Loving Vincent: a film seven years in the making; a film that may never happen again; a film endeavouring to talk about one of the most famous artists ever to exist. In a way, however, this is Vincent Van Gogh in his own words – or rather, in his own work – as the filmmakers bring his paintings to life to speak for him. This is a handcrafted tribute to a deeply misunderstood and tragically lost figure.
The film is set a year after Vincent’s death, and follows the journey of his last letter to his brother, Theo. The characters that reside in this swirling, oil painted world are all the famous portrait sitters of Van Gogh, there to give snapshots of who they thought Vincent was.
The protagonist who works as the surrogate of the audience is the young Armand Roulin (Douglas Booth) who is instructed by his father, the postman of Vincent (Chris O’Dowd), to deliver Vincent’s last letter to his brother Theo. The brothers are spoken of as being ‘two hearts, one mind’, although Roulin initially rails against the task, questioning why he should personally deliver a difficult dead man’s letter. He is persuaded by the evocative notion that if it was a letter his father had left for him after he had died, he would want it. As he searches for a recipient for the letter, the story evolves into a detective film investigating what really happened to Vincent.
It is through the cynical eyes of Roulin that we learn the pained but extraordinary life of Vincent, failing four careers in his 20s before first lifting a paint brush at the age of 28. In only eight years Vincent went from an amateur to a person of influence in the profession. The heart-breaking loneliness of the painter is a constant throughout the film, to the point that a boatman describes Van Gogh’s uncontrollable excitement when a thieving crow started to steal his sandwiches. This loneliness is almost echoed back through the vast gaping skies and dark starry nights.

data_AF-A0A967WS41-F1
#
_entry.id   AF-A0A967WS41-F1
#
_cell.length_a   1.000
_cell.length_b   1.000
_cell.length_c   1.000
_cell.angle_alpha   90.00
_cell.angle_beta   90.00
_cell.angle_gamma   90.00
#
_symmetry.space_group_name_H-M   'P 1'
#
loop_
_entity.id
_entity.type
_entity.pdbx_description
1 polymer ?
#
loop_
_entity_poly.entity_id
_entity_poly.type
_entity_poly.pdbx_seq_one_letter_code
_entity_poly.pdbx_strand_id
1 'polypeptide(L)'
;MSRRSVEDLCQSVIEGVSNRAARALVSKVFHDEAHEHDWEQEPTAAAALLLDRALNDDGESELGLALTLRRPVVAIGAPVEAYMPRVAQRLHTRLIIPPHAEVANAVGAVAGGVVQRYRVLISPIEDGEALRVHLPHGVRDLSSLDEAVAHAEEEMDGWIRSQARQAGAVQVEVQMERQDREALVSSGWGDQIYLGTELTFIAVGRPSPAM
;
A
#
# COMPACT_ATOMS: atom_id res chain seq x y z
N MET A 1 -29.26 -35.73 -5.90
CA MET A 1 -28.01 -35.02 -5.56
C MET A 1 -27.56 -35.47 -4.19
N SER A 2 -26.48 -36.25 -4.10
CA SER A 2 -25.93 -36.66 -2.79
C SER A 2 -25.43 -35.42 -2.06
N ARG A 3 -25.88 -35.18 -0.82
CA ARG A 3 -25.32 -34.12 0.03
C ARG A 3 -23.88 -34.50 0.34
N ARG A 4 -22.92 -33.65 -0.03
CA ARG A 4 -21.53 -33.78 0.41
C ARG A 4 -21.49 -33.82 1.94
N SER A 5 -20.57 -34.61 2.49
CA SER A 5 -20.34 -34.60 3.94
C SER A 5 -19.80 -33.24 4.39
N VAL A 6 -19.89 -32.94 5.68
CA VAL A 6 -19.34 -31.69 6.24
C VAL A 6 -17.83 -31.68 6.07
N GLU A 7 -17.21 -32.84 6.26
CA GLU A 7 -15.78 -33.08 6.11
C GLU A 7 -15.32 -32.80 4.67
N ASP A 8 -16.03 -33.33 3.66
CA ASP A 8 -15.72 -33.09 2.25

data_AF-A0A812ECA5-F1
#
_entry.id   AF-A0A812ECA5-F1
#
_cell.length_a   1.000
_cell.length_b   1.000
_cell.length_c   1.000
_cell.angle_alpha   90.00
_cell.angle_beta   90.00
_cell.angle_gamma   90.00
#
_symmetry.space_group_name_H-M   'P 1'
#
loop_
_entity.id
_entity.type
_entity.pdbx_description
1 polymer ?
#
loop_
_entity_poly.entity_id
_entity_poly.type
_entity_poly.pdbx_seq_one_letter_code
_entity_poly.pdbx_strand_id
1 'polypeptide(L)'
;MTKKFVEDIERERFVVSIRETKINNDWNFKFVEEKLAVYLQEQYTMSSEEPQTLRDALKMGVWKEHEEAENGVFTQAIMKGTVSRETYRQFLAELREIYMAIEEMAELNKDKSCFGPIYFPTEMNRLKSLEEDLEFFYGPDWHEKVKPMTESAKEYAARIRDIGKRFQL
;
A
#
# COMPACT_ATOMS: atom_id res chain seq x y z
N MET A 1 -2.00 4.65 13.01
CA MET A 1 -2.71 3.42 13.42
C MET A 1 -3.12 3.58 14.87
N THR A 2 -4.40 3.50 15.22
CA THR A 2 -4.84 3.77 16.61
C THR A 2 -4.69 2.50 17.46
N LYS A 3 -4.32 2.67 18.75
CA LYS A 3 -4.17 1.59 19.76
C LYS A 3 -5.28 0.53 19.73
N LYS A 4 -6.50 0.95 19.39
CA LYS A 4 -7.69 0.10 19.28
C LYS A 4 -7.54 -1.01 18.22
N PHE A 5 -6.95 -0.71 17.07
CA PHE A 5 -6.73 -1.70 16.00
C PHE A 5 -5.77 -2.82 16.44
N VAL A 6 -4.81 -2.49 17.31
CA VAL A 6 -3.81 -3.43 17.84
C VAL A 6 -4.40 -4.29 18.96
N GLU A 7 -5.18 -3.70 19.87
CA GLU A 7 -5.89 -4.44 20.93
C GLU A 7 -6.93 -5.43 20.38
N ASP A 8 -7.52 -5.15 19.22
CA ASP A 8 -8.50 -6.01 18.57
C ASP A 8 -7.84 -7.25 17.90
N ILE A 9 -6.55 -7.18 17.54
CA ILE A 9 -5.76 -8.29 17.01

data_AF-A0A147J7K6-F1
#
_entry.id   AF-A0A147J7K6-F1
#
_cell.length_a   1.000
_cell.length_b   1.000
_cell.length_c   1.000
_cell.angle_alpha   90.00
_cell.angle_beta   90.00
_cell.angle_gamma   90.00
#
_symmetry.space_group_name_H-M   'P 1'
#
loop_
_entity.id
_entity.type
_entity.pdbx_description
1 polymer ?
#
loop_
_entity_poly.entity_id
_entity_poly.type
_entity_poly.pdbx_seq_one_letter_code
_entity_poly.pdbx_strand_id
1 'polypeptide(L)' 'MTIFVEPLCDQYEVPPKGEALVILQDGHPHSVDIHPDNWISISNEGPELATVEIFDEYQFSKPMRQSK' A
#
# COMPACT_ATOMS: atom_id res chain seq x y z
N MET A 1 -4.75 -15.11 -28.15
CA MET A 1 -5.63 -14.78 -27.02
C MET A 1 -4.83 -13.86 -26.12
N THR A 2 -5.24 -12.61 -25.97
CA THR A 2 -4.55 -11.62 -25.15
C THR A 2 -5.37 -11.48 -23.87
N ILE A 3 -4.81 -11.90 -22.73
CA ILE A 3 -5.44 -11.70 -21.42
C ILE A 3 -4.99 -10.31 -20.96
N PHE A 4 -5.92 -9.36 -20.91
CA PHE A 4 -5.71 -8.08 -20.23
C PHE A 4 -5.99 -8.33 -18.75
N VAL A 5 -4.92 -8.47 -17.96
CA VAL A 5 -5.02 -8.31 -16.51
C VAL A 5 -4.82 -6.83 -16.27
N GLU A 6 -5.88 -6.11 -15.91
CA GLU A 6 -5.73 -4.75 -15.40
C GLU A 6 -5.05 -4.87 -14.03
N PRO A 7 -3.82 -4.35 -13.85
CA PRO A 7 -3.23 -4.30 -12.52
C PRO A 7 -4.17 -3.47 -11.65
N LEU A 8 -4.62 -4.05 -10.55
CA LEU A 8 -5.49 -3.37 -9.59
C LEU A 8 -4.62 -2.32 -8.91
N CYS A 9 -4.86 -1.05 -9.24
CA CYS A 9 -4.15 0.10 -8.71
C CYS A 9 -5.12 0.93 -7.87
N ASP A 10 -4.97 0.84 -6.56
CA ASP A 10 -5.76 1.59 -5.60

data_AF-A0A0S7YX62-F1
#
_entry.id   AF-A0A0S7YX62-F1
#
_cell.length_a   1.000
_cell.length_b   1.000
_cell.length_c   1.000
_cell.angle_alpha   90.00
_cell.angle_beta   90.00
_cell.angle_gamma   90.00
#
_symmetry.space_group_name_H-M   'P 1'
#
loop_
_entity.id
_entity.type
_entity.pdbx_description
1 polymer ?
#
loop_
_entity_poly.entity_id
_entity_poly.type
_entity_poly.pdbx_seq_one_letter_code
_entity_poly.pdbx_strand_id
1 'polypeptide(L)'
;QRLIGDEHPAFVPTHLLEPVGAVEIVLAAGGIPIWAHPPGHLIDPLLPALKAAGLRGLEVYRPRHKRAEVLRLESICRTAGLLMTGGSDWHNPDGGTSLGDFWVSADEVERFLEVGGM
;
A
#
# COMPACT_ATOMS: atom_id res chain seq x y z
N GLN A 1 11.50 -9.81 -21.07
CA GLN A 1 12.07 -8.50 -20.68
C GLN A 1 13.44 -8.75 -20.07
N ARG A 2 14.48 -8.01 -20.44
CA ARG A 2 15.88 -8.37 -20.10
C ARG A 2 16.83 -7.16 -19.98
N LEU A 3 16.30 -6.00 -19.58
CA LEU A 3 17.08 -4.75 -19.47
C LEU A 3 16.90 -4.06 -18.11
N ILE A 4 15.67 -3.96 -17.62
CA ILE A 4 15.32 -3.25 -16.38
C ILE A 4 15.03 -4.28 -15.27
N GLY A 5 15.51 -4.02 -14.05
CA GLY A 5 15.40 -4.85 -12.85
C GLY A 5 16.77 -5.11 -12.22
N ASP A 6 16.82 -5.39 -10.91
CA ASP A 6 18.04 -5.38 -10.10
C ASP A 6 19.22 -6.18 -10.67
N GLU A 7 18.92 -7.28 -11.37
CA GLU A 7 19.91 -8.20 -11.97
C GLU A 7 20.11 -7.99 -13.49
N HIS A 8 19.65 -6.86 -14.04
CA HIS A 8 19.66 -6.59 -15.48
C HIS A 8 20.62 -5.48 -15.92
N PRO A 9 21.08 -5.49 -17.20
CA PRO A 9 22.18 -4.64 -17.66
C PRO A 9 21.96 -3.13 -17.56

Through the sheer beauty and transcendental nature of the film, reality melts away into a dreamy vision of Persian blue skies and lemon yellow corn fields. Thus you find yourself lost, trying to find Vincent, but finding instead the beauty of what he left behind. Each of the famous sitters has a different story to tell, and each are strung together by the first second of their appearance on screen.
Each time one of Van Gogh’s sitters appears on screen, for the first second they appear as they do in the portraitures, before coming alive. Thus they all become almost rooted in Vincent’s own hidden narrative. Although, arguably, the story is a little lost within the sheer hypnotic nature of the film, it does hold its own understated poignancy. More nuanced and less pronounced, the tale slowly and subtly speaks to us, hinting about who Vincent perhaps was.
The film is ground-breaking not only for being the first oil painting-animated film, but also as a revolutionary biography. It almost fits more with the micro-history discipline as opposed to classic film-making, as it abandons traditional techniques and lets the narrative be both the art itself and the oral history. It is also unique in its suggestions about Vincent’s life and what might have happened to him: the implications are great and thought-provoking. There is something deeply compelling about watching art come to life, moving within itself as if you had fallen into one of the paintings.
The moving paintings are somewhat of a proxy for the presence of the Vincent of the film. Although Vincent appears in flashbacks and memories, it is through the eyes of others and not himself, thus his artwork presents a more honest portrayal.
The logistics of making a film like this were: 12 frames per second, meaning there were 65,000 frames of paintings within the film. This resulted in 845-900 canvases in total painted by hand, and over 100 artists directly emulating Vincent in an act of loving tribute.
Vincent painted 800 paintings in eight years, but he only ever sold one. The film gives us a Vincent who felt such great pain and compassion that he feared his own future; he feared what burden he was on others. This essence is poignantly presented within his moving paint strokes, whirling around a world without him. There is a beautiful tenderness that his images kept and carried on after him. By the end we are given a beautiful, distant glimpse of a noble and tragic Vincent, before he says “goodnight and good luck with a handshake.”
Image: BreakThru Films